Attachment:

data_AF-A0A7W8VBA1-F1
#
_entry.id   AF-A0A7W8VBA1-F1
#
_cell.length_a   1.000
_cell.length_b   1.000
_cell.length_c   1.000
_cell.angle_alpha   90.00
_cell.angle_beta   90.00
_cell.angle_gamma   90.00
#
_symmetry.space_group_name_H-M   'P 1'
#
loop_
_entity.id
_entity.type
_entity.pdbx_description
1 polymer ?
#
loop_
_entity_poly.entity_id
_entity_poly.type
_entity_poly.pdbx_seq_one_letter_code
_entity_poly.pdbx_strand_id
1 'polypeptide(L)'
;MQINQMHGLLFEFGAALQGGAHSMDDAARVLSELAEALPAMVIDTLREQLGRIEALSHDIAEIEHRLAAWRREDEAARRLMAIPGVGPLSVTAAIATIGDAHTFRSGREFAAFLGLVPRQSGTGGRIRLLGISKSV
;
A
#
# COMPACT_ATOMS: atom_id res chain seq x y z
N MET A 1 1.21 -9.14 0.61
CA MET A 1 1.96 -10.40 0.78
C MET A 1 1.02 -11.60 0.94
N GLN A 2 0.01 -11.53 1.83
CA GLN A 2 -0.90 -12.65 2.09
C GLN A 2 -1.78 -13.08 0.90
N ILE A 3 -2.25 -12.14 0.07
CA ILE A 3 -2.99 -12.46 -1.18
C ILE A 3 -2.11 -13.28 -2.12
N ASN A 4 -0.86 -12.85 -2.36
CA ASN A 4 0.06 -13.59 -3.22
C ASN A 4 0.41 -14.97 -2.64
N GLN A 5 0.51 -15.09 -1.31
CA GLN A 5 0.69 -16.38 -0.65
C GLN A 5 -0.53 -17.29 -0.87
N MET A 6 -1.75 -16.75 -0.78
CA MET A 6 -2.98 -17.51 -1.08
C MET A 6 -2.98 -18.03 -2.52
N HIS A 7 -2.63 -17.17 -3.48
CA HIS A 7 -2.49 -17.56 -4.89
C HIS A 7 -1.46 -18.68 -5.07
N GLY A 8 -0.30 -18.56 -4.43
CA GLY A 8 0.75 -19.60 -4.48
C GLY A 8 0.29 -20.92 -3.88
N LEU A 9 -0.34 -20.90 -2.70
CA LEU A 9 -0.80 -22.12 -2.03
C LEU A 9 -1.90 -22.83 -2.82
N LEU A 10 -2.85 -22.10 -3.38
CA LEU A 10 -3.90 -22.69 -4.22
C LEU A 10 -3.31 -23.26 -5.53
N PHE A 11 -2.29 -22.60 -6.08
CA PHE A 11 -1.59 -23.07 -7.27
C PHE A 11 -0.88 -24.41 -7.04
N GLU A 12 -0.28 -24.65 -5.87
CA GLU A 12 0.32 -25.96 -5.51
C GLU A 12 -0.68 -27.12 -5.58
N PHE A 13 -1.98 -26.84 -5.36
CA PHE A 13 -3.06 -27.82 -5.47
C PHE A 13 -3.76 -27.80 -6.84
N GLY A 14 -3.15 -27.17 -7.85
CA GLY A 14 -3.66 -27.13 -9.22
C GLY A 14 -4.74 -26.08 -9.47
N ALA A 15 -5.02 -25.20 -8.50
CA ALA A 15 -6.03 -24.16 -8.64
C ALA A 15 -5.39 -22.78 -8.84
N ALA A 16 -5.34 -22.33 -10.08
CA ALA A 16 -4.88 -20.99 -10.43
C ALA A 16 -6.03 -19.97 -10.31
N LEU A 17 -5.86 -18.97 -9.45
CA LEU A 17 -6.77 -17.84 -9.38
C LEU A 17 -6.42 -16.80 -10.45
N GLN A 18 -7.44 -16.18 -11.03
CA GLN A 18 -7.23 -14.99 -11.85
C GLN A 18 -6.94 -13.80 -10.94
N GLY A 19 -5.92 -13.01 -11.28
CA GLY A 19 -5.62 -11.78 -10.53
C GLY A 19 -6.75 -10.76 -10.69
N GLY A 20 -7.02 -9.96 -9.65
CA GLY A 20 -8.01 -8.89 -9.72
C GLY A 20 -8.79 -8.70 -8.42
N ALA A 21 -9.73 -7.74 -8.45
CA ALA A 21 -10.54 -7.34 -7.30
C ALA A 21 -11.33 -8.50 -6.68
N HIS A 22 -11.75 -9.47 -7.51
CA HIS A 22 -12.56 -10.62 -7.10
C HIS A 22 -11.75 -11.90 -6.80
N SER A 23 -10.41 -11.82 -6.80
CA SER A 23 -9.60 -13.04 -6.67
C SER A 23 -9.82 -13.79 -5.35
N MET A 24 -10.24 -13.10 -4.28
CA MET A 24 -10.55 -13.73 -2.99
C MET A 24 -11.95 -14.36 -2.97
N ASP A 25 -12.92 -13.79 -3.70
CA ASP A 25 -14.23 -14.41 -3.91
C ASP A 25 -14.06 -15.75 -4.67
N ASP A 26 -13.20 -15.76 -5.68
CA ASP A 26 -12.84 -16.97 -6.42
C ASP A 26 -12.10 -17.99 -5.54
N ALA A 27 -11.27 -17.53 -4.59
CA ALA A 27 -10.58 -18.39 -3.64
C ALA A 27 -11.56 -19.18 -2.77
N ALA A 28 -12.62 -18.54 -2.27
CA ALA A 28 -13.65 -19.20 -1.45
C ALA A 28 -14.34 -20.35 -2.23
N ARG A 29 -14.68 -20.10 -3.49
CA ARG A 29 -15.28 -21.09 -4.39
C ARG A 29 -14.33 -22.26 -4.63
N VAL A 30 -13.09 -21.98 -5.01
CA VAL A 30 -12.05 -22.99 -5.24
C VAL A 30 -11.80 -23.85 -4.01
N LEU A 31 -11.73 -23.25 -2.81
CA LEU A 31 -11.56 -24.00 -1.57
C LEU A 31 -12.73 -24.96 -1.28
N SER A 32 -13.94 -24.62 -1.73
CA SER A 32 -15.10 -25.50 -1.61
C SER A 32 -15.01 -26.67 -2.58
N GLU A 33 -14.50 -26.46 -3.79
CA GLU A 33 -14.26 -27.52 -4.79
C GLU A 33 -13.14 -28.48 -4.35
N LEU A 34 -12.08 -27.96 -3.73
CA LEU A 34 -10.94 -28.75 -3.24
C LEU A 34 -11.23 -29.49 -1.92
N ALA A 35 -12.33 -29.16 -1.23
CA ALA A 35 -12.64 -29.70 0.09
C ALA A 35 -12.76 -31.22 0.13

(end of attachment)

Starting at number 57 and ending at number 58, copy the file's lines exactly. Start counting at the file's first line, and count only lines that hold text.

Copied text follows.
C LEU A 9 -1.90 -22.83 -2.82
N LEU A 10 -2.85 -22.10 -3.38